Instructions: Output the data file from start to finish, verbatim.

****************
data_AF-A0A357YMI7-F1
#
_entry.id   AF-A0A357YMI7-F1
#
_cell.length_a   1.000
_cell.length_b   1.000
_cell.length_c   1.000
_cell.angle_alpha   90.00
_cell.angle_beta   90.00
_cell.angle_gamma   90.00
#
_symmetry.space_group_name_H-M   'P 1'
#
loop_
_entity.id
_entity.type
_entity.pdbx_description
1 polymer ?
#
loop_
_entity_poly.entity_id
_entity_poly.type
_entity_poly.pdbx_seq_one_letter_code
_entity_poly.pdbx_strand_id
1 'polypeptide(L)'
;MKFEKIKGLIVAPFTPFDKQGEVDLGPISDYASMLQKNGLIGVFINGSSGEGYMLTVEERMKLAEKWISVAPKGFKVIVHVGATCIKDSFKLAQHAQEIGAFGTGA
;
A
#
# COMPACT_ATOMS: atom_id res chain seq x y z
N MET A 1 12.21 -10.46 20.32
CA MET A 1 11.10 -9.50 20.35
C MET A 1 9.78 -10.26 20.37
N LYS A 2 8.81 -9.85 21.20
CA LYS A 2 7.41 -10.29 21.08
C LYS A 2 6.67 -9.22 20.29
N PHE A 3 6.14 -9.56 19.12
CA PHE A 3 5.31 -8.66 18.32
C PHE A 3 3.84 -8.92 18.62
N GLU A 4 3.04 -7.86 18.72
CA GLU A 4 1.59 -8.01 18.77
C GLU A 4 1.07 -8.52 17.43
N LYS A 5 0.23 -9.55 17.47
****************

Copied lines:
data_AF-A0A357YMI7-F1
#
_entry.id   AF-A0A357YMI7-F1
#
_cell.length_a   1.000
_cell.length_b   1.000
_cell.length_c   1.000
_cell.angle_alpha   90.00
_cell.angle_beta   90.00
_cell.angle_gamma   90.00
#
_symmetry.space_group_name_H-M   'P 1'
#
loop_
_entity.id
_entity.type
_entity.pdbx_description
1 polymer ?
#
loop_
_entity_poly.entity_id
_entity_poly.type
_entity_poly.pdbx_seq_one_letter_code
_entity_poly.pdbx_strand_id
1 'polypeptide(L)'
;MKFEKIKGLIVAPFTPFDKQGEVDLGPISDYASMLQKNGLIGVFINGSSGEGYMLTVEERMKLAEKWISVAPKGFKVIVHVGATCIKDSFKLAQHAQEIGAFGTGA
;
A
#
# COMPACT_ATOMS: atom_id res chain seq x y z
N MET A 1 12.21 -10.46 20.32
CA MET A 1 11.10 -9.50 20.35
C MET A 1 9.78 -10.26 20.37
N LYS A 2 8.81 -9.85 21.20
CA LYS A 2 7.41 -10.29 21.08
C LYS A 2 6.67 -9.22 20.29
N PHE A 3 6.14 -9.56 19.12
CA PHE A 3 5.31 -8.66 18.32
C PHE A 3 3.84 -8.92 18.62
N GLU A 4 3.04 -7.86 18.72
CA GLU A 4 1.59 -8.01 18.77
C GLU A 4 1.07 -8.52 17.43
N LYS A 5 0.23 -9.55 17.47